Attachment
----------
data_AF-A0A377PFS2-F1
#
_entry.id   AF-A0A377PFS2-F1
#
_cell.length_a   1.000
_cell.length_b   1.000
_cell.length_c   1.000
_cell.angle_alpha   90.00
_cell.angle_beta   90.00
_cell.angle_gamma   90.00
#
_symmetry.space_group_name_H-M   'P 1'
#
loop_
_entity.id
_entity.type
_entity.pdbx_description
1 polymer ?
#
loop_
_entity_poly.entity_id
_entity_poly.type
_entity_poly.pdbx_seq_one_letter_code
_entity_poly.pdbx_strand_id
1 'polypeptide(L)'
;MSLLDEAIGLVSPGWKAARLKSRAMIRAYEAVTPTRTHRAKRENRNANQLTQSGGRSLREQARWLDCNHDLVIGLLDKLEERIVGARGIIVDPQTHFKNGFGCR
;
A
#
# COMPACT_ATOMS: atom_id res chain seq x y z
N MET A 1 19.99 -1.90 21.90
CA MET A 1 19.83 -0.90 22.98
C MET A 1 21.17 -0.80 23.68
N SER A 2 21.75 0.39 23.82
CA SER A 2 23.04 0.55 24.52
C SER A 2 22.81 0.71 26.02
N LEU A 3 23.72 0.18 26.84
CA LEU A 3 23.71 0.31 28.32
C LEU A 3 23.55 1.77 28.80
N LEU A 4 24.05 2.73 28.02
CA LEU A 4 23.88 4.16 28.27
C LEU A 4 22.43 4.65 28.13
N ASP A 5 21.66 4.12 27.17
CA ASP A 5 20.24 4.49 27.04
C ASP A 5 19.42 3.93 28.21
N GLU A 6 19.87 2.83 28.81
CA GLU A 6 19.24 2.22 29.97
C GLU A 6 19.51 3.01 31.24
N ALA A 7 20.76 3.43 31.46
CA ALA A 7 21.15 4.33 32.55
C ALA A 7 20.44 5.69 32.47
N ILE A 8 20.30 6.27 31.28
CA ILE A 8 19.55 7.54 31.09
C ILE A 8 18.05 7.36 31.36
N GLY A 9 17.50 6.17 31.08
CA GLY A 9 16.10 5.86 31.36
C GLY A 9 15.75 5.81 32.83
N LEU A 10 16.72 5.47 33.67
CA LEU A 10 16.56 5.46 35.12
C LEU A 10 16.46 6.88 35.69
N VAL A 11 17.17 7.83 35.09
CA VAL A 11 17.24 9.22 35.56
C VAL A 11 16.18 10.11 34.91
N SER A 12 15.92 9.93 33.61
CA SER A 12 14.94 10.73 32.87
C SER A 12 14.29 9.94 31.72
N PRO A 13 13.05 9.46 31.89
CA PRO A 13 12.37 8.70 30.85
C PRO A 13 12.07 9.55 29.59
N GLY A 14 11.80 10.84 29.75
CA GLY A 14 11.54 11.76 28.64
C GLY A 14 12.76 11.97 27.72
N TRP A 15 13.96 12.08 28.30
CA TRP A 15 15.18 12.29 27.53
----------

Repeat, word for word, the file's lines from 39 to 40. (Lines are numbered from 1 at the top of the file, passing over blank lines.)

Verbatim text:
C LEU A 3 23.55 1.77 28.80
N LEU A 4 24.05 2.73 28.02